Since retail supermarket chains in South Africa do not provide easy entry for

Since retail supermarket chains in south africa do

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Since retail supermarket chains in South Africa do not provide easy entry for organic produce owing to difficult demands for volumes and consistent quality (INR 2008), alternative outlets such as farmers’ markets and other direct marketing avenues provide good alternatives. The processing industry is able to absorb organic produce, for example for the processing of herbs and spices, baby food, juices, yoghurt, and canned fruit and vegetables. In all cases, however, price premiums are not guaranteed. This has led to the situation where most of the organic produce grown in South Africa is exported. The well-developed channels and infrastructure for agricultural exports and a healthy demand in the EU, USA and Japan, in particular, make this a viable and lucrative option (Barrow 2006). Processed organic food is in increasing demand in key export markets. For example, in Germany, 75% of baby foods on supermarket shelves are organic, and similar figures are recorded in the UK. Demand for organic produce is driven primarily by the perceived health benefits to adults and children, and secondarily by concern for the environment and the welfare of animals, on the basis of an emerging body of evidence over a few decades of practice. Equally, the development of alternative value chains for other/related forms of sustainable agriculture, such as CA, will require a sound knowledge basis of measurable and verifiable benefits to the health of humans (the consumers if relevant), benefits to farm labour, benefits to the environment, and long-term economic benefits, in order to differentiate itself from conventional agriculture. Ultimately, CA/OCA must gain acceptance across the value chain and be demanded by informed South African value chain actors and consumers if it is to succeed and scale up to become the dominant paradigm. 4.3 Quality of the food system The sustainability of an agricultural and food system is defined not only by the sustainability of production and consumption and the equitable distribution of value across value chains, but also by the quality of the food delivered, the demands of the system on natural resources, the loading of pollution and waste back into the environment, aspects of food security, as well as the safeguards and direction provided by laws and policies. 4.3.1 Quality of food Quality of food can be assessed variously as the overall quality of the diet (nutrition), the safety of the food consumed (in terms of risk to cause illness or even death), and the quality of a specific food type grown under different production systems. These aspects will be discussed in the following sections.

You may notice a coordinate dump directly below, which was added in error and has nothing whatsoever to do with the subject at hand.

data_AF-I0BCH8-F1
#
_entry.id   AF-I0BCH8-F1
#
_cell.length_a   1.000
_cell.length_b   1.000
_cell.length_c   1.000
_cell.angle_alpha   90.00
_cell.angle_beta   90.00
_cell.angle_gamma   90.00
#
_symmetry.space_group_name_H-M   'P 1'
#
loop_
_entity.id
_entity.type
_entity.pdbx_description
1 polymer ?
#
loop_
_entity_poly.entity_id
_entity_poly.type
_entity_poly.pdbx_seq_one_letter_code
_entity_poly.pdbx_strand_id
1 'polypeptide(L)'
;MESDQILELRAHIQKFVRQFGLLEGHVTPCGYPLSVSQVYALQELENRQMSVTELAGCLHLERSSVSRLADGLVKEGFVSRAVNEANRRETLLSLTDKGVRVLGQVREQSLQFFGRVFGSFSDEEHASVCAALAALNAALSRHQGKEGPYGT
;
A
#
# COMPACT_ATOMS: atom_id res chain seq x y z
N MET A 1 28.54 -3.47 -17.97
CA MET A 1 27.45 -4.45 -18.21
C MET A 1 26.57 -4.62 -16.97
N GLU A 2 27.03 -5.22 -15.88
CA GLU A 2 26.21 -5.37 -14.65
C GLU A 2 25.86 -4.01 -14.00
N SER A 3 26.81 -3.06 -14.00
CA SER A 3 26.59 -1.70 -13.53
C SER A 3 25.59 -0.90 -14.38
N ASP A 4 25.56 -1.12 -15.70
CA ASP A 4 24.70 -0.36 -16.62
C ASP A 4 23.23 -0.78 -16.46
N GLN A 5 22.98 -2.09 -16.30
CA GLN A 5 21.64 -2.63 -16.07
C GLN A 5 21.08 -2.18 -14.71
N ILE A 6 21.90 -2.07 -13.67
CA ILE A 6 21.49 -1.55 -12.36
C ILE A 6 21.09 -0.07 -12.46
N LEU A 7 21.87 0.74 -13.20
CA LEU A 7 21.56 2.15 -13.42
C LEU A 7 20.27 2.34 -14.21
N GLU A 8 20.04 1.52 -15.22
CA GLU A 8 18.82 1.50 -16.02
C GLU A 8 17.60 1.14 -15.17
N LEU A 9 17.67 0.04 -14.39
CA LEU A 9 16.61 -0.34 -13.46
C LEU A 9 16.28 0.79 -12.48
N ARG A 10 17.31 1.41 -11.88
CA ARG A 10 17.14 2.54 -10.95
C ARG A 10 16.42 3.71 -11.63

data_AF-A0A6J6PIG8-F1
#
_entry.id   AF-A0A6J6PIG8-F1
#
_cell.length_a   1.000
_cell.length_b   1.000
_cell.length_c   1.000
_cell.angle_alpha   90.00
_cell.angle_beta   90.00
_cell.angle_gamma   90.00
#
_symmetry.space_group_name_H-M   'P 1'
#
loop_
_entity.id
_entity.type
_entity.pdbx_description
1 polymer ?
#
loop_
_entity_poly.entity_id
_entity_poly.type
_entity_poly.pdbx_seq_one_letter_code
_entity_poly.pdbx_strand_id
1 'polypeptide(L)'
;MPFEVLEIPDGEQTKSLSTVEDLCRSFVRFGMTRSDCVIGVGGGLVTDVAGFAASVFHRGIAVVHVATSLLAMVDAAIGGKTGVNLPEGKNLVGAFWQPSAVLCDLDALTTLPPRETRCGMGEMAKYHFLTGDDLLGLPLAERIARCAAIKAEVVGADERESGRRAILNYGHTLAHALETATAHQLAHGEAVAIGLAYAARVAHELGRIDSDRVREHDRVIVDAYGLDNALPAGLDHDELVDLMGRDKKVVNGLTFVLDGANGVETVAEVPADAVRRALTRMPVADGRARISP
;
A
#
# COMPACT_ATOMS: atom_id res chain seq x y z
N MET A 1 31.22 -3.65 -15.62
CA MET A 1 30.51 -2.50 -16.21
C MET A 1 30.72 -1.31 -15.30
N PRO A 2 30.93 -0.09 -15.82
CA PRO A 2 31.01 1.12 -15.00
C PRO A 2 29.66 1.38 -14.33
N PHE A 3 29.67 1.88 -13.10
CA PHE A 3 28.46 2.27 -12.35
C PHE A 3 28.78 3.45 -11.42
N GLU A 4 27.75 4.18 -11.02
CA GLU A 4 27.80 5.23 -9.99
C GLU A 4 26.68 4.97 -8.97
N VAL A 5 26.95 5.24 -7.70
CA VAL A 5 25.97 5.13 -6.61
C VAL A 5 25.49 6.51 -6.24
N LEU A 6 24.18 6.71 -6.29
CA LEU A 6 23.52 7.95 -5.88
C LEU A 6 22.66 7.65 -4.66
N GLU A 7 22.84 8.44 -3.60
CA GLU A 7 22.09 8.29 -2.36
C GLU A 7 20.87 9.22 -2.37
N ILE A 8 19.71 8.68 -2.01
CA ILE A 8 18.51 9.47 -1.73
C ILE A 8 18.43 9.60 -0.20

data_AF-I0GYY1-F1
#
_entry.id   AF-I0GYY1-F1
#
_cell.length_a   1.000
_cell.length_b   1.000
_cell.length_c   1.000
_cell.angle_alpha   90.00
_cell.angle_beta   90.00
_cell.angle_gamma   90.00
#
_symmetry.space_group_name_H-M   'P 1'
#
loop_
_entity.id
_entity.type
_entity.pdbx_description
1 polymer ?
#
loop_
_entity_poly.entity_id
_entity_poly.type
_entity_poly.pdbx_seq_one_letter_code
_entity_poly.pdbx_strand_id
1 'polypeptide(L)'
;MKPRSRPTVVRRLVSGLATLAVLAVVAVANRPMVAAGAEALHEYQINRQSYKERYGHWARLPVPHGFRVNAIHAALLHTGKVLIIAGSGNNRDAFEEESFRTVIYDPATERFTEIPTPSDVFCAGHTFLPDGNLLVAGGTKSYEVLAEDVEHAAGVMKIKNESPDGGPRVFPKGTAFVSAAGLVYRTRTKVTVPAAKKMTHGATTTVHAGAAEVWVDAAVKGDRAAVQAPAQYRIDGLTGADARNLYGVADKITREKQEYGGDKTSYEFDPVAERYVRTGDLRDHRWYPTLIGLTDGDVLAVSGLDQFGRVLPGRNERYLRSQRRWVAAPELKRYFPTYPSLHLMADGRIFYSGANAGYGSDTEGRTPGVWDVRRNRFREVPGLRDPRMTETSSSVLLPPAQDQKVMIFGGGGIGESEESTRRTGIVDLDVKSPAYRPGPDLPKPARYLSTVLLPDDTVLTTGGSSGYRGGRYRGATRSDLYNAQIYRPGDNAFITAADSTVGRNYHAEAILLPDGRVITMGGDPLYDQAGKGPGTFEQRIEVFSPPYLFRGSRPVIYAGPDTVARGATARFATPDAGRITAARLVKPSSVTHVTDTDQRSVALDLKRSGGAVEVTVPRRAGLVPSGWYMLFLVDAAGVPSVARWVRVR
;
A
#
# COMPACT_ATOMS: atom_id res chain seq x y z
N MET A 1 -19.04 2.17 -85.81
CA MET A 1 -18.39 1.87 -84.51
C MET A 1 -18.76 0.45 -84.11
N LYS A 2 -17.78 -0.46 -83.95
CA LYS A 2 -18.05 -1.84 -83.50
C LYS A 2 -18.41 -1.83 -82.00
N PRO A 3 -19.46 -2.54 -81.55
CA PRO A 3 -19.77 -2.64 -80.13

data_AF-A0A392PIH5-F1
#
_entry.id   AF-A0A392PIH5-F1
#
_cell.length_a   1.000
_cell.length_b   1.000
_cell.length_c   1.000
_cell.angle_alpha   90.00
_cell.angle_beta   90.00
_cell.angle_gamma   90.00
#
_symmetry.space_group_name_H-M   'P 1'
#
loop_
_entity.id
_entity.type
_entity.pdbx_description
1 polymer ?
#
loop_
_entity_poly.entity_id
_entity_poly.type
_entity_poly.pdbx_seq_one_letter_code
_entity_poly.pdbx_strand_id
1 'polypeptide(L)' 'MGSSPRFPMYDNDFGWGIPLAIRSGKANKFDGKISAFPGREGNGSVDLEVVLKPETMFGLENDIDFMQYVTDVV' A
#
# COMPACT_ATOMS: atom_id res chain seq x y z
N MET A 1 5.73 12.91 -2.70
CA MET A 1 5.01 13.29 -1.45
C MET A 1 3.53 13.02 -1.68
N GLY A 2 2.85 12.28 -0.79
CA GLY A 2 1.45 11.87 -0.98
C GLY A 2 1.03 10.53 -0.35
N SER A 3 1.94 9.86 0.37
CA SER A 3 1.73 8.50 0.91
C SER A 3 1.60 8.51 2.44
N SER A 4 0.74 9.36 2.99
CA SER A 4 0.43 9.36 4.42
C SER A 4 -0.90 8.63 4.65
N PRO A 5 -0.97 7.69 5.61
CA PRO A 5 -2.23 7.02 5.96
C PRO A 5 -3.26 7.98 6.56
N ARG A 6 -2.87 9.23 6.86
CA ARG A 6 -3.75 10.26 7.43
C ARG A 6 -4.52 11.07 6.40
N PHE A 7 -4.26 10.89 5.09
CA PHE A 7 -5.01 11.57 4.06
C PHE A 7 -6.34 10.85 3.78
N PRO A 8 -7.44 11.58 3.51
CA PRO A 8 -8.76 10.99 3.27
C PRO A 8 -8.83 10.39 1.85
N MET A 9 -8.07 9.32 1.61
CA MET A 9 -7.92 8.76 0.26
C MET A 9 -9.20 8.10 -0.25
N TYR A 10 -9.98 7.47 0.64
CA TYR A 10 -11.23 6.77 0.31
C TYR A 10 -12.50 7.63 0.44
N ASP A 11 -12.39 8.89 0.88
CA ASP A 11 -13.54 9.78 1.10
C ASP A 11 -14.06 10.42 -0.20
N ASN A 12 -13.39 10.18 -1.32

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52 First, South Africans have already shown interesting changes in food consumption since the 1970s. Thanks to increased wealth and post-ap artheid reforms, the country’s middle class has increased by 30% between 2001 and 2004. This has allowed a shift from staple grain crops to a more diverse, although not necessarily healthier diet. South Africans have shown a decrease in
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